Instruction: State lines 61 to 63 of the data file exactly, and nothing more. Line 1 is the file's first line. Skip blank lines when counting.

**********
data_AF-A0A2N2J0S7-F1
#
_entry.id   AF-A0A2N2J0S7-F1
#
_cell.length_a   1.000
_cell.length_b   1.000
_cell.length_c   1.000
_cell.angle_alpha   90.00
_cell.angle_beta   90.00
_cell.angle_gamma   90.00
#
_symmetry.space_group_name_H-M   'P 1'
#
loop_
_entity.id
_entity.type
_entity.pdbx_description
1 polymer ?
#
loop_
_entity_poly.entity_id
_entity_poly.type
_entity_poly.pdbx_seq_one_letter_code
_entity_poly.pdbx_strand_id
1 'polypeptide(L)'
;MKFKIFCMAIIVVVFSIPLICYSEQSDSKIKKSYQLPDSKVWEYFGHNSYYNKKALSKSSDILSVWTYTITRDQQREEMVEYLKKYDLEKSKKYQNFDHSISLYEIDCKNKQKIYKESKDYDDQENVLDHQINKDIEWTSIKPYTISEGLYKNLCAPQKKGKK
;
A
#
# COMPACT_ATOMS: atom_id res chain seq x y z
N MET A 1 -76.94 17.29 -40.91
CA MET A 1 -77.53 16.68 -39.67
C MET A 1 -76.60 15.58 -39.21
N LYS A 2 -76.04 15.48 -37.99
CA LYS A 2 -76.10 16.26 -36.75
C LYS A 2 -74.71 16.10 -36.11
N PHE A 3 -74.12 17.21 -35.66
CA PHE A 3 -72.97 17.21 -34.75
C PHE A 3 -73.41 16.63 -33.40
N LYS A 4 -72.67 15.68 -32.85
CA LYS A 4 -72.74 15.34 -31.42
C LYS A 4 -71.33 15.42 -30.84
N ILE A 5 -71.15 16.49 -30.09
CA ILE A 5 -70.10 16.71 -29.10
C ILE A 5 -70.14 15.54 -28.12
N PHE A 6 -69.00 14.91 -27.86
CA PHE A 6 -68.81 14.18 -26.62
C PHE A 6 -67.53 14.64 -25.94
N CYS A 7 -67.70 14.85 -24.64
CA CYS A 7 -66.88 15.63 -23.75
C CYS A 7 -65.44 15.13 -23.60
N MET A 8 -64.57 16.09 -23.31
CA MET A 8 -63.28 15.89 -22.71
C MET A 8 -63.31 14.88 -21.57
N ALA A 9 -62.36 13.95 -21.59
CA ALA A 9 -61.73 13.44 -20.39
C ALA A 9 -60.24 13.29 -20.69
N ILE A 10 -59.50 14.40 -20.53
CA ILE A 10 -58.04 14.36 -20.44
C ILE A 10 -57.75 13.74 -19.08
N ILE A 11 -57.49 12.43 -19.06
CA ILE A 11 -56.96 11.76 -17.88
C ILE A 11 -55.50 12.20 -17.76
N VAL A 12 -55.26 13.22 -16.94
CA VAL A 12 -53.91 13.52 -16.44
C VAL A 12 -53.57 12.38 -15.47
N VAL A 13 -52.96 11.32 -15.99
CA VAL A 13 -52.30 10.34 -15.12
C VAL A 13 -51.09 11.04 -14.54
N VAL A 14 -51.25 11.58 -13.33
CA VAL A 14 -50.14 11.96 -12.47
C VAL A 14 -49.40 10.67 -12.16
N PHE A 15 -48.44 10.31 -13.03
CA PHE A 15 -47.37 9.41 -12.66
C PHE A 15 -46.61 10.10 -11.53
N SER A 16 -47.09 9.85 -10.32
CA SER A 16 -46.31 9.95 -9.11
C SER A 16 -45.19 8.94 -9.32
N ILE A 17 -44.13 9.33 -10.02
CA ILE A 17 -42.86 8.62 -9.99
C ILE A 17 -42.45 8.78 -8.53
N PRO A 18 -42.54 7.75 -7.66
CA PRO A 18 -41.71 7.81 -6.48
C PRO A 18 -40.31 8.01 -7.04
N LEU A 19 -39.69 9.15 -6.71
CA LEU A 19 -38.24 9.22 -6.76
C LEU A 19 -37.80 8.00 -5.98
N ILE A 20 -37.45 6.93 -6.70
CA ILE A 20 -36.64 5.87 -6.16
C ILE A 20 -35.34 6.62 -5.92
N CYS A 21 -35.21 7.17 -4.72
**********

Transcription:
N ILE A 11 -57.49 12.43 -19.06
CA ILE A 11 -56.96 11.76 -17.88
C ILE A 11 -55.50 12.20 -17.76